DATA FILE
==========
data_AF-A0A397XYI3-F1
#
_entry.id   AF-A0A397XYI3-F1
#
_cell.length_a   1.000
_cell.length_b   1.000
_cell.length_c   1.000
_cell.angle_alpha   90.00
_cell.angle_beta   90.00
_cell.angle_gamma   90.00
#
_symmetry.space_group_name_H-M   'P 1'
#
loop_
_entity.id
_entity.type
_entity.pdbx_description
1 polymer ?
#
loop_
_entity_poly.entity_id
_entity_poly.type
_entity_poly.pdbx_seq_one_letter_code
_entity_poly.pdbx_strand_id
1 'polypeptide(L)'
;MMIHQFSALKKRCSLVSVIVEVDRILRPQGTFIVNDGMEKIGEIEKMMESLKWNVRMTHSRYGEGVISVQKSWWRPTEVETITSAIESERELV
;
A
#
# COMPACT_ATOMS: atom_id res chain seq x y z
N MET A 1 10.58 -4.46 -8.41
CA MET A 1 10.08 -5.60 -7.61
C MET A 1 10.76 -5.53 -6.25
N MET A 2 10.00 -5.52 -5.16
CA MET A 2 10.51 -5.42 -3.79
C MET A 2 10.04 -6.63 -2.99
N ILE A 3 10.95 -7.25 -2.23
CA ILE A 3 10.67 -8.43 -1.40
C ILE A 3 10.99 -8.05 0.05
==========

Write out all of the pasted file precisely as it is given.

data_AF-A0A397XYI3-F1
#
_entry.id   AF-A0A397XYI3-F1
#
_cell.length_a   1.000
_cell.length_b   1.000
_cell.length_c   1.000
_cell.angle_alpha   90.00
_cell.angle_beta   90.00
_cell.angle_gamma   90.00
#
_symmetry.space_group_name_H-M   'P 1'
#
loop_
_entity.id
_entity.type
_entity.pdbx_description
1 polymer ?
#
loop_
_entity_poly.entity_id
_entity_poly.type
_entity_poly.pdbx_seq_one_letter_code
_entity_poly.pdbx_strand_id
1 'polypeptide(L)'
;MMIHQFSALKKRCSLVSVIVEVDRILRPQGTFIVNDGMEKIGEIEKMMESLKWNVRMTHSRYGEGVISVQKSWWRPTEVETITSAIESERELV
;
A
#
# COMPACT_ATOMS: atom_id res chain seq x y z
N MET A 1 10.58 -4.46 -8.41
CA MET A 1 10.08 -5.60 -7.61
C MET A 1 10.76 -5.53 -6.25
N MET A 2 10.00 -5.52 -5.16
CA MET A 2 10.51 -5.42 -3.79
C MET A 2 10.04 -6.63 -2.99
N ILE A 3 10.95 -7.25 -2.23
CA ILE A 3 10.67 -8.43 -1.40
C ILE A 3 10.99 -8.05 0.05